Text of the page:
It is time to apply for college. We want readers of Baylyblog to consider one new option, Athanasius College. While developing the program over the past two years, our commitments have been simple: to get back to traditional, orthodox Christian foundations in every aspect of our lives, including especially education.
Recently, we finalized tuition fees for our inaugural year and have released them here. They are affordable: $8,000 for a full-time student expecting to enroll in 12 to 18 hours, with additional rates starting at $500 a year for courses taken at IU. Students will not be eligible for federal funding—we’d have to be accredited for that. Instead, we expect them to make up the cost through summer and part-time jobs or other means.
In today’s higher education market, our price makes a difference. Here are a series of charts showing the scandal of the financial costs and benefits of higher education today. Take a look at them.
Students can attend Athanasius College without burdening their future and their families with insurmountable debt. For most students, such debt has simply become the norm. According to a recent series of posts by the New York Times the average undergraduate debt now approaches $25,000, an average that does not take into account the cost of professional or graduate degrees, whose prices often soar past six digits. And, according to the same report, 9 percent of borrowers will have defaulted on these loans by the end of this year.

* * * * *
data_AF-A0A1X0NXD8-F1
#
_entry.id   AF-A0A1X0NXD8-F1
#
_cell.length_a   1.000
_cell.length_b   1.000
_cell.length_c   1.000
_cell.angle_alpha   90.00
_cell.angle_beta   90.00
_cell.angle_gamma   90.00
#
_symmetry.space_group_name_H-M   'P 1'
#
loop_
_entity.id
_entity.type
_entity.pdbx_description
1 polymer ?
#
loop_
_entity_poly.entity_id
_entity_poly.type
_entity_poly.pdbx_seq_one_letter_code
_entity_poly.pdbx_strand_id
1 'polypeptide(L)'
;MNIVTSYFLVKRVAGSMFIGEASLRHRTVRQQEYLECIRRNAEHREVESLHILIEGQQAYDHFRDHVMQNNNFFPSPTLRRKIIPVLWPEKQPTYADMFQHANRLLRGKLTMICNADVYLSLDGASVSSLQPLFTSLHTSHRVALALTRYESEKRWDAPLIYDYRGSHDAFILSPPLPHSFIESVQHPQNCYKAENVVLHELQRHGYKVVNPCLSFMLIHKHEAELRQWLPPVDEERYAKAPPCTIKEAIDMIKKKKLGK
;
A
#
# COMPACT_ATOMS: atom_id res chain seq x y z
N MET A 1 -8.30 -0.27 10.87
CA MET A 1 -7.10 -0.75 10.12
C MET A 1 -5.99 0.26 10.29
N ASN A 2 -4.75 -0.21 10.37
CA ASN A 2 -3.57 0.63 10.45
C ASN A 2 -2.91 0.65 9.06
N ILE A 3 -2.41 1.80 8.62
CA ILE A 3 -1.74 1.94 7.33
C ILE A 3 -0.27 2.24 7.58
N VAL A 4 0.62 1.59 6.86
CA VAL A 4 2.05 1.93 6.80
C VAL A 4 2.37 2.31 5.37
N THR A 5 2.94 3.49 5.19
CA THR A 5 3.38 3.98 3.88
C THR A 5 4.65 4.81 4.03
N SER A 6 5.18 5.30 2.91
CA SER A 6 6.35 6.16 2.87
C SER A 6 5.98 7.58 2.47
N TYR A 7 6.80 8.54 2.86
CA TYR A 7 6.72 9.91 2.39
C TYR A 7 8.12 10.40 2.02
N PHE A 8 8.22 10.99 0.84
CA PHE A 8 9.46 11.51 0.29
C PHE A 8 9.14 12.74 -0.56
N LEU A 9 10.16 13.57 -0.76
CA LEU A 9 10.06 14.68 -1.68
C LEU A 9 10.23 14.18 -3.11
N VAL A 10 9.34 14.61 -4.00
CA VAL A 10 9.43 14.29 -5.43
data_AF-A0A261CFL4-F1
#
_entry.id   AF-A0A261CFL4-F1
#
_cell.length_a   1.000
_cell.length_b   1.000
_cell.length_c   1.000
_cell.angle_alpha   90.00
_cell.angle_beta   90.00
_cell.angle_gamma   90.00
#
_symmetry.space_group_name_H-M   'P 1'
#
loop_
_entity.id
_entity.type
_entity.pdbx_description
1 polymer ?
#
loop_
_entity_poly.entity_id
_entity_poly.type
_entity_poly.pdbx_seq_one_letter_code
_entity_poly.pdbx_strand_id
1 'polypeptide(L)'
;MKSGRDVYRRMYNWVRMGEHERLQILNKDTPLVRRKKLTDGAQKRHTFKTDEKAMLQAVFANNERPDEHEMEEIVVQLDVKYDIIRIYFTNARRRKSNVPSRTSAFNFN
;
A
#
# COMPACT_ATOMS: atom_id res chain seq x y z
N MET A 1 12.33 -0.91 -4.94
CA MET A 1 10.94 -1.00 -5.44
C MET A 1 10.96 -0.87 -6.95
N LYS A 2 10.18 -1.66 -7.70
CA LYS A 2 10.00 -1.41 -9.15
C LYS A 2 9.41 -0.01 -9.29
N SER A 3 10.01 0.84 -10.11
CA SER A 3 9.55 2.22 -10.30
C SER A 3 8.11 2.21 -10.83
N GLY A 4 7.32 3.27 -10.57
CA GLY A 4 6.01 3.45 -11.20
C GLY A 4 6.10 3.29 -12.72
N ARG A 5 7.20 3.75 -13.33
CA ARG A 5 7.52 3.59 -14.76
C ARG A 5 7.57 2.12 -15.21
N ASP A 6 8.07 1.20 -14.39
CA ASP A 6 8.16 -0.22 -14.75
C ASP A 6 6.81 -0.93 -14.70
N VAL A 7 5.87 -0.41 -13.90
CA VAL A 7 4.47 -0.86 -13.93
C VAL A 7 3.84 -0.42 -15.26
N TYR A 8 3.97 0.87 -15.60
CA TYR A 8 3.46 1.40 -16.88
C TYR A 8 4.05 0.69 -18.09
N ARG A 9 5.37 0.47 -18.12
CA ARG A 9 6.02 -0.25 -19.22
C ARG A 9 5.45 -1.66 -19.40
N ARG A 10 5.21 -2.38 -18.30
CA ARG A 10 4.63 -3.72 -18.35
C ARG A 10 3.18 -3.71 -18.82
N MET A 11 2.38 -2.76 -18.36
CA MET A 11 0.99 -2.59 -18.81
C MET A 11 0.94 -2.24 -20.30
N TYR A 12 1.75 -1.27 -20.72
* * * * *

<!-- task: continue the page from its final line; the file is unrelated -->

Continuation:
Tuition underlies this crisis. Harvard now charges $38,840 just for tuition, and the tuition charged by Christian colleges is not far behind. Here's a list of what various Christian colleges charge...
Jon and Tenile Crum are giving thanks to God for his kindness to them in the safe delivery this evening of a son, Phinehas Obadiah Crum, weighing 8 lbs., 4 ounces. Another precious gift from our Heavenly Father.
Everything about our worship indicates our reverence, zeal, and love toward the Triune God; or alternately, our flippancy and indifference. Hearts aflame for God cry out for men to preach the Word, read Scripture, pray, and sing Psalms, hymns, and spiritual songs with zeal. Sadly, though, worship today is aimed at the mind or the heart. It's intellect or passion--never both. When there is zeal, it's rarely "in accordance with knowledge." And those claiming knowledge make a principle out of their absence of zeal.
Five hundred years ago, John Calvin worked to reform every part of the Church's worship. We must give ourselves to this same work today.
That's why I'm very thankful to announce ClearnoteSongbook.com. The men behind the Songbook--Jody Killingsworth, Philip Moyer, and the Good Shepherd Band, along with Ben Crum, Joseph Bayly, and Lucas Weeks--have put together a site that is a call to reform our worship. The Clearnote Songbook is jam-packed with goodies to help in that work...
An article on the failure of the General Synod of the (state) Church of England to approve woman bishops indicates where we're headed, state church or not:
The Church of England has much explaining to do following its failure to vote to allow women to serve as bishops, its leader says - and politicians from the prime minister downward are already demanding action or answers. ...One MP even suggested there might be an issue under anti-discrimination laws.